For a recent cottage vacation, I decided to bring along only two pairs of my summer shoes: espadrilles for walking down to the beach and canvas sneakers for everything else. It turns out that the “everything else” included a few muddy walks thanks to some recent rain (I should have brought my Bean Boots after all). And so I returned to town with a pair of rather filthy shoes. And if there’s anything that draws the ire of my inner Jeeves, it is soiled soles.
I can almost see the twitch in Jeeves’ eyebrow.
Usually, I like to keep my sneakers as clean and pristine as possible. I don’t fawn over them and keep them from harm – I will play soccer in them if the need arises. But it’s nice, when I wear them with a sharp casual outfit, for them not to look like they’ve been in the trenches. Thankfully, they are not fully white, which would be a royal pain to keep clean. I had actually entertained the idea of all-white sneakers but a visit to Pitti Uomo last year changed that. Everyone, and I mean everyone, was wearing white sneakers. They are sharp, it’s true, but the sameness was offputting.
Truth be told, I would have preferred dark blue or even leather uppers (in calf or suede) but I was days away from a trip to Havana when I bought my sneakers so settled for dark grey. This colour does have two advantages: it goes with pretty much anything and it doesn’t show much dirt. My attention is always drawn, however, to the bright white edges. If they start to get dirty, the whole shoe can look sloppy and worn.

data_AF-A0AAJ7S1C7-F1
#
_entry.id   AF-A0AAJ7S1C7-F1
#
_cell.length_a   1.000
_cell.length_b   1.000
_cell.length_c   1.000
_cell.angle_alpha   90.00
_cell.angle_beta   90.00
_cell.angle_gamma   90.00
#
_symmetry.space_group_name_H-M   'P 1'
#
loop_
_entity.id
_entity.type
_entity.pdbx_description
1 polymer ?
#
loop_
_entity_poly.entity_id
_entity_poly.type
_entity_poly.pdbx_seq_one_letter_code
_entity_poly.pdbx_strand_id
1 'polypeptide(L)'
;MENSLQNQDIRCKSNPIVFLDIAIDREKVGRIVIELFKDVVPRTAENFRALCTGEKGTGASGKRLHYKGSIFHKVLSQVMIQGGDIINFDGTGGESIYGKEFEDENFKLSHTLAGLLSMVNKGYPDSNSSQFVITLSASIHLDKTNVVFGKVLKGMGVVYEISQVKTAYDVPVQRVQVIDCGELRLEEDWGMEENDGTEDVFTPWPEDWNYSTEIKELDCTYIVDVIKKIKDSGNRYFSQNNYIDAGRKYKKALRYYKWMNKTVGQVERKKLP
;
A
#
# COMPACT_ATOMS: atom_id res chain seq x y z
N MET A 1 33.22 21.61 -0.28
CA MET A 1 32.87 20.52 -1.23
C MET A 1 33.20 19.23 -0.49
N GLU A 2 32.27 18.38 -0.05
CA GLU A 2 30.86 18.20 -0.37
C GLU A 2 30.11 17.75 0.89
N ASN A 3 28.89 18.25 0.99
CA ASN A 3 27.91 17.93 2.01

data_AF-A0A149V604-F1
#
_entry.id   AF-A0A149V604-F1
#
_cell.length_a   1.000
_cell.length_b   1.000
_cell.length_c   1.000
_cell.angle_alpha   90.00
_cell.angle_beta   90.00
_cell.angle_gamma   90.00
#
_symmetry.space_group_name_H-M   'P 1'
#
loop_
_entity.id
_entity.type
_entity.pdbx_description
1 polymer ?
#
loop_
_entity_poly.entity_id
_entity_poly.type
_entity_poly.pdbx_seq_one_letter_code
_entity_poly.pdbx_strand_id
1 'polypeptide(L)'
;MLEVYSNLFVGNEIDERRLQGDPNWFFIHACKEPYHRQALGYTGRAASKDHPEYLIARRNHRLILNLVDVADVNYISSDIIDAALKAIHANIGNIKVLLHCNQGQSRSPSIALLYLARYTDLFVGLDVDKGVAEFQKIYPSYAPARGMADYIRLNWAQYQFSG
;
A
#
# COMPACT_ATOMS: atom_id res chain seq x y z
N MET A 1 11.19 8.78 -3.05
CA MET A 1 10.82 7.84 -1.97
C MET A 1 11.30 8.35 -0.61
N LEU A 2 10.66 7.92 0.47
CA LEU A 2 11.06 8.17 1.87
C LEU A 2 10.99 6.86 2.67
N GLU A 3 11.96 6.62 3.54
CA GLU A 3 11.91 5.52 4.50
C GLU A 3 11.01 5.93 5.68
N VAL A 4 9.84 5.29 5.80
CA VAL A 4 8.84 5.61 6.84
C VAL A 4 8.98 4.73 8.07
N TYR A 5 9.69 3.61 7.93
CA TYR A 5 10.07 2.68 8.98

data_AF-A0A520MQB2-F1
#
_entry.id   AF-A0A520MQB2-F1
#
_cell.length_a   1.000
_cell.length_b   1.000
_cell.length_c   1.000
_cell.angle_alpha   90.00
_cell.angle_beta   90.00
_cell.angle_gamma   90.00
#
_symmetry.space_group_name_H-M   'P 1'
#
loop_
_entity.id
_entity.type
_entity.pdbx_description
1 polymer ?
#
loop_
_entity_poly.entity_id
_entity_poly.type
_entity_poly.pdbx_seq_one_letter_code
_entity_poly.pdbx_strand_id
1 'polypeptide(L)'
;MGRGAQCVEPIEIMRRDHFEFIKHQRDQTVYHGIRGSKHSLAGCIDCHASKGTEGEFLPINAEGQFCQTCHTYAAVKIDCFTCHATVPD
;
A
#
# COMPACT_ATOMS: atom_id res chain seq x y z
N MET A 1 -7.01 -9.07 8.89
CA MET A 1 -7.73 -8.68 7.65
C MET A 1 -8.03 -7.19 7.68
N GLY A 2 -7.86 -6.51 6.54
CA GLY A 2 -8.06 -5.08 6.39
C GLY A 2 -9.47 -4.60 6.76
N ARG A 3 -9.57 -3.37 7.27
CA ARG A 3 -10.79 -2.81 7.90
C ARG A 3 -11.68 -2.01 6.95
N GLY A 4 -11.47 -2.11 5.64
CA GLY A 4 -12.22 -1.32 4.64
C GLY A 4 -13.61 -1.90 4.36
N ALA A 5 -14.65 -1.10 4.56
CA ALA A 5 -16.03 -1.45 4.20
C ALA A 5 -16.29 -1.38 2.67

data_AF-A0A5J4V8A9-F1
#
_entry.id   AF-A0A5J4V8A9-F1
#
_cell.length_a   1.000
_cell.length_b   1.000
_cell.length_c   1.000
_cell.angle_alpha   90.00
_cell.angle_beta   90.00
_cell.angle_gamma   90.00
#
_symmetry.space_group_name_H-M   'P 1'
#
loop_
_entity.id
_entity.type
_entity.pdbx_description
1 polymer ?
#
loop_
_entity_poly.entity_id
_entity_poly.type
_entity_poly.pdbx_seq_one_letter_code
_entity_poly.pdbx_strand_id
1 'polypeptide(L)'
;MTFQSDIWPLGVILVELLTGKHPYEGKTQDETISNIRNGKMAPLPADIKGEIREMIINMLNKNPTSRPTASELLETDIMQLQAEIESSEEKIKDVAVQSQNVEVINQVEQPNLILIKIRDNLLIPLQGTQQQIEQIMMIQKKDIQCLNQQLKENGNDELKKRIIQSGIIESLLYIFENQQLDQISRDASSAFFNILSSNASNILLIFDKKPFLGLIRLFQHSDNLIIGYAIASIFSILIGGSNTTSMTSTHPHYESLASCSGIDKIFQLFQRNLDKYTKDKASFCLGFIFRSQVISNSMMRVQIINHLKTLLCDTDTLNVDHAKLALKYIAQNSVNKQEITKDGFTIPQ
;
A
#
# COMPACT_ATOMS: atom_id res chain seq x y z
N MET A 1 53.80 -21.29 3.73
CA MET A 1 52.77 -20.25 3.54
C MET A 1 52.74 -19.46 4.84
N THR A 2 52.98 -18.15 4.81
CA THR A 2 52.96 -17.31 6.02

So here’s what I do, every few days or as needed, to keep my sneakers looking almost new.
A bit of soap and elbow grease.
I start by attacking the really dirty parts of the outsoles first. For this, I use warm water, laundry bar soap and an old toothbrush. The sole is rubber, of course, so I can really go to town with the scrubbing. The satisfying thing is that not much effort returns the shoes to their sparkling white state. I use the rough, green scrubbing side of a double-sided sponge to go over the rest of the outsole, again with warm water and bar soap. I give it all another pass with the yellow side of the sponge, a bit damp, to remove any soap.
Before and after a short but vigorous cleaning.
Since the upper is canvas, it can get wet, even soapy, without any issues. I just make sure I remove any soap from there as well. If your upper is leather, you have to be more careful with scrubbing the outsole, treating the leather upper as you would an all-leather shoe. When I’m done, I let the shoes dry in the sun – my mother always said the sun makes whites their whitest.
Now, that’s better.
Should you notice that your laces are soiled, remove them and give them a good hand-washing in bar soap and warm water.
In case you are concerned about my sock-free condition, let me assuage your fears: I use removable, washable terrycloth inserts when doffing the hosiery.